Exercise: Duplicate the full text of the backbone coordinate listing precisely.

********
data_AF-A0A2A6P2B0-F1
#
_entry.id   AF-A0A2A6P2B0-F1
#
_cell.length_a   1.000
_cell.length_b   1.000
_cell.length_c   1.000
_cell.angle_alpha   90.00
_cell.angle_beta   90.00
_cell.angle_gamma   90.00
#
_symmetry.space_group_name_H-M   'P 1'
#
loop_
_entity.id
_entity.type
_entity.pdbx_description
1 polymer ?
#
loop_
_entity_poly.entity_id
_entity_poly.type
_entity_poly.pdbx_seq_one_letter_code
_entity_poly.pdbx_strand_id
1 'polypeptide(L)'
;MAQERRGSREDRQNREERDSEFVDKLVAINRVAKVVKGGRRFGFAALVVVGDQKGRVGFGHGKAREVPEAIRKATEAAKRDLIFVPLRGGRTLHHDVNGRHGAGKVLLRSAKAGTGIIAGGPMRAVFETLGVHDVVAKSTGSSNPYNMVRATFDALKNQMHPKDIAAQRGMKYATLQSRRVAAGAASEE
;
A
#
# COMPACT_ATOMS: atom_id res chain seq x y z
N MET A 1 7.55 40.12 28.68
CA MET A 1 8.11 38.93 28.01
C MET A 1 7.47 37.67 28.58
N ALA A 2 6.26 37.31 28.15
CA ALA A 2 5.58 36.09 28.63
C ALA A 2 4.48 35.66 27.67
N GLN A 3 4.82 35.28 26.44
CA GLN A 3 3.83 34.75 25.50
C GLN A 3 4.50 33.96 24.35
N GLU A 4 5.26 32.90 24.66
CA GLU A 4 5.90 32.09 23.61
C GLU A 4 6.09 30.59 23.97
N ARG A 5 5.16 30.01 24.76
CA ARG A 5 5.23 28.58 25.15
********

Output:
data_AF-A0A2A6P2B0-F1
#
_entry.id   AF-A0A2A6P2B0-F1
#
_cell.length_a   1.000
_cell.length_b   1.000
_cell.length_c   1.000
_cell.angle_alpha   90.00
_cell.angle_beta   90.00
_cell.angle_gamma   90.00
#
_symmetry.space_group_name_H-M   'P 1'
#
loop_
_entity.id
_entity.type
_entity.pdbx_description
1 polymer ?
#
loop_
_entity_poly.entity_id
_entity_poly.type
_entity_poly.pdbx_seq_one_letter_code
_entity_poly.pdbx_strand_id
1 'polypeptide(L)'
;MAQERRGSREDRQNREERDSEFVDKLVAINRVAKVVKGGRRFGFAALVVVGDQKGRVGFGHGKAREVPEAIRKATEAAKRDLIFVPLRGGRTLHHDVNGRHGAGKVLLRSAKAGTGIIAGGPMRAVFETLGVHDVVAKSTGSSNPYNMVRATFDALKNQMHPKDIAAQRGMKYATLQSRRVAAGAASEE
;
A
#
# COMPACT_ATOMS: atom_id res chain seq x y z
N MET A 1 7.55 40.12 28.68
CA MET A 1 8.11 38.93 28.01
C MET A 1 7.47 37.67 28.58
N ALA A 2 6.26 37.31 28.15
CA ALA A 2 5.58 36.09 28.63
C ALA A 2 4.48 35.66 27.67
N GLN A 3 4.82 35.28 26.44
CA GLN A 3 3.83 34.75 25.50
C GLN A 3 4.50 33.96 24.35
N GLU A 4 5.26 32.90 24.66
CA GLU A 4 5.90 32.09 23.61
C GLU A 4 6.09 30.59 23.97
N ARG A 5 5.16 30.01 24.76
CA ARG A 5 5.23 28.58 25.15